Kafka in India: Terrorism, Media, Muslims

Ahmad, Irfan. 2014. “Kafka in India: Terrorism, Media, Muslims”. In Robin Jeffrey and Ronjoy Sen (eds). Being Muslims in South Asia: Diversity and Daily Life. New Delhi: Oxford University Press. Pp. 289–329.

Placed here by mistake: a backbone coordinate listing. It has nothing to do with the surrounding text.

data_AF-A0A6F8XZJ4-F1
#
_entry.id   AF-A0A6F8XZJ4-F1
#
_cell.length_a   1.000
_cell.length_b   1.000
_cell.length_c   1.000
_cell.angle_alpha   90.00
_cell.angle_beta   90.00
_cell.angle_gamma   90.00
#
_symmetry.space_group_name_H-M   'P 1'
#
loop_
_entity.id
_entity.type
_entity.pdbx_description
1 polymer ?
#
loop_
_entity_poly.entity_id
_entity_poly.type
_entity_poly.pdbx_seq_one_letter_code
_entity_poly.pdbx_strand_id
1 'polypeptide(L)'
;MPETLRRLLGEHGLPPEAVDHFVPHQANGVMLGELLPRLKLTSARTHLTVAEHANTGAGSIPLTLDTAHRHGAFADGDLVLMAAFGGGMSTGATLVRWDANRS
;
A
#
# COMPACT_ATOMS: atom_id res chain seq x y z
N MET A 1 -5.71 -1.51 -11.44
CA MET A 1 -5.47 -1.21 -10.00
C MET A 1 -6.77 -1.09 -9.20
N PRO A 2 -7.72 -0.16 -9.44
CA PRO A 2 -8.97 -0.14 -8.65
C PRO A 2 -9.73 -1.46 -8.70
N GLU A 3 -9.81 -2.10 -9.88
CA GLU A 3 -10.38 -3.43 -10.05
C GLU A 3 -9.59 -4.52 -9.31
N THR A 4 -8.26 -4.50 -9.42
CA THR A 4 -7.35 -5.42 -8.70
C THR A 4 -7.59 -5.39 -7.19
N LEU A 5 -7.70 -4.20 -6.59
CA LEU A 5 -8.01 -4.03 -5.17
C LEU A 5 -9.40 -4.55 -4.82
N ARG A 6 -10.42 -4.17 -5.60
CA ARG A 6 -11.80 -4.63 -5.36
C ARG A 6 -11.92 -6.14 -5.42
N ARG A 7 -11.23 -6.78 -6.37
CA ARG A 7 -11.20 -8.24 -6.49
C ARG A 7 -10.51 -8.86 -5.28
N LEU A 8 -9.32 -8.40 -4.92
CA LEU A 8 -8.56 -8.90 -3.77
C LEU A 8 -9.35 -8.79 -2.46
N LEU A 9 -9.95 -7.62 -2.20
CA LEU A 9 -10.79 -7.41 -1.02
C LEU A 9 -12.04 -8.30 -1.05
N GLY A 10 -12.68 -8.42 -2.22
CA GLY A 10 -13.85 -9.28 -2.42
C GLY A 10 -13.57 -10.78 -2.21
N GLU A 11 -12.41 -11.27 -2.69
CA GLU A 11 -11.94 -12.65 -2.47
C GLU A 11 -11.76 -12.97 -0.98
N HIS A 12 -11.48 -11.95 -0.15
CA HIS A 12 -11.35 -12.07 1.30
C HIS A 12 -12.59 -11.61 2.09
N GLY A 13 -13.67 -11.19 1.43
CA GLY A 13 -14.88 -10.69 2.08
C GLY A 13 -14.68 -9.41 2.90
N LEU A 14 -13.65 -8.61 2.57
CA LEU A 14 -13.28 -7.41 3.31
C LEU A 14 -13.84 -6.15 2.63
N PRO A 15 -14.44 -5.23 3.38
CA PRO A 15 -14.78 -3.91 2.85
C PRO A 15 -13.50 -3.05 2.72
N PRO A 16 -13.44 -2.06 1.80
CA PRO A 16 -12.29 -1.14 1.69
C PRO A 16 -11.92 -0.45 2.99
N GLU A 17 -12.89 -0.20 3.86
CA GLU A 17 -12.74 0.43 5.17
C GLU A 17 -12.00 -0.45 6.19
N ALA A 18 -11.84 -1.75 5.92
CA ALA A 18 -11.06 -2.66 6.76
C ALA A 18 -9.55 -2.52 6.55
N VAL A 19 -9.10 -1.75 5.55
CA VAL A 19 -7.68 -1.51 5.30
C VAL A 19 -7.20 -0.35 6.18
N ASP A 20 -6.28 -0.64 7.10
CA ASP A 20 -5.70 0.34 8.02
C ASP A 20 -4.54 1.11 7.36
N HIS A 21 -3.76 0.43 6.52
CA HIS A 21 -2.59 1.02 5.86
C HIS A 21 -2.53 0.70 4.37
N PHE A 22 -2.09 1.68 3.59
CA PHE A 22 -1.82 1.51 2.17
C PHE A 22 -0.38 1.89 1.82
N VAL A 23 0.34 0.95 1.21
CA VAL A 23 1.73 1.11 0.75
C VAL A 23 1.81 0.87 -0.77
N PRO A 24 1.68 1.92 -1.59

Abstract: In post-9/11 India, scores of individuals (including minors) were arrested, tortured, imprisoned and killed in “encounters” as “terrorists”. Though some have been released, most continue languishing in jail. A running thread behind all these cases of arrest, torture, killing –seems to be the intertwining theme of “treason” and “terrorism” which media, security agencies, institutions of law, and police collaboratively manufacture, rather than report, such that terrorism and Islam or Muslims become synonymous. It is because of this logic that media blame “Muslim terrorists” even for explosions in a mosque or graveyard. I argue that Indian media discourse on terrorism is so intimately linked to West’s discourse on War on Terror that one might substitute the other; both produce and distinguish “good” from “bad” Muslims and thereby vilify Islam. Based on the thick description of the dynamic amongst, terrorism, nation and media, I demonstrate how the post-9/11 political-legal landscape of India is perfectly Kafkaesque. I present data from media reports on terrorism and testimonials about and by terrorists, to illustrate my contention about the Kafkaesque landscape of media discourses on terrorism in India. As a case study, I analyze an important NDTV talk show (of 2001) on Muslims and terrorism. Next, I focus on Student Islamic Movement of India (SIMI) and Indian Mujahideen (IM) – two most-discussed terrorist outfits – to show inconsistency, inaccuracy, even contradiction, in media reports on them. I also discuss what remains invisible in media – the repression of evidence, secret torture chambers and illegal means deployed against “terrorists”. Critical to my analysis is also how media reporting on Muslim terrorists bears important markers of their cultural identity as well as how the mediatized discourses on terrorism may impact the judicial processes.